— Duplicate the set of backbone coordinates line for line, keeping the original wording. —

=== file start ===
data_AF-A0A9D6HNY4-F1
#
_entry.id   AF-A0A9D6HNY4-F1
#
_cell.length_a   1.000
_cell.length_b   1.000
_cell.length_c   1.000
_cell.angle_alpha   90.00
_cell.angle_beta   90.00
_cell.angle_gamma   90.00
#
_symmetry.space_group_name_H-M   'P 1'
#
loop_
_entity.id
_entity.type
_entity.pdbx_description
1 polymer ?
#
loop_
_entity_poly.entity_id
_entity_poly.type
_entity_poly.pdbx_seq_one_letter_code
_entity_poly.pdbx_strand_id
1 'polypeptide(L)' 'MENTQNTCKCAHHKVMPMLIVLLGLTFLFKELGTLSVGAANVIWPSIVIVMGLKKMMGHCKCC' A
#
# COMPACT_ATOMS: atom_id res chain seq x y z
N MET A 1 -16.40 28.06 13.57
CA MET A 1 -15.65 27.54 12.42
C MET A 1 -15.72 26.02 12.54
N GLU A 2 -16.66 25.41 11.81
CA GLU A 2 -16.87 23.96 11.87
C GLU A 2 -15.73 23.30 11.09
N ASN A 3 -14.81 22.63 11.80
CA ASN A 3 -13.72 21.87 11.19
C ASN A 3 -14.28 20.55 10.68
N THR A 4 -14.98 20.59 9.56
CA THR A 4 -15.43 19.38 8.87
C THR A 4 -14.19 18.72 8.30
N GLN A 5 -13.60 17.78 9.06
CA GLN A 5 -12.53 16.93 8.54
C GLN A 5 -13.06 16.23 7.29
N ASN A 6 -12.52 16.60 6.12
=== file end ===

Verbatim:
data_AF-A0A9D6HNY4-F1
#
_entry.id   AF-A0A9D6HNY4-F1
#
_cell.length_a   1.000
_cell.length_b   1.000
_cell.length_c   1.000
_cell.angle_alpha   90.00
_cell.angle_beta   90.00
_cell.angle_gamma   90.00
#
_symmetry.space_group_name_H-M   'P 1'
#
loop_
_entity.id
_entity.type
_entity.pdbx_description
1 polymer ?
#
loop_
_entity_poly.entity_id
_entity_poly.type
_entity_poly.pdbx_seq_one_letter_code
_entity_poly.pdbx_strand_id
1 'polypeptide(L)' 'MENTQNTCKCAHHKVMPMLIVLLGLTFLFKELGTLSVGAANVIWPSIVIVMGLKKMMGHCKCC' A
#
# COMPACT_ATOMS: atom_id res chain seq x y z
N MET A 1 -16.40 28.06 13.57
CA MET A 1 -15.65 27.54 12.42
C MET A 1 -15.72 26.02 12.54
N GLU A 2 -16.66 25.41 11.81
CA GLU A 2 -16.87 23.96 11.87
C GLU A 2 -15.73 23.30 11.09
N ASN A 3 -14.81 22.63 11.80
CA ASN A 3 -13.72 21.87 11.19
C ASN A 3 -14.28 20.55 10.68
N THR A 4 -14.98 20.59 9.56
CA THR A 4 -15.43 19.38 8.87
C THR A 4 -14.19 18.72 8.30
N GLN A 5 -13.60 17.78 9.06
CA GLN A 5 -12.53 16.93 8.54
C GLN A 5 -13.06 16.23 7.29
N ASN A 6 -12.52 16.60 6.12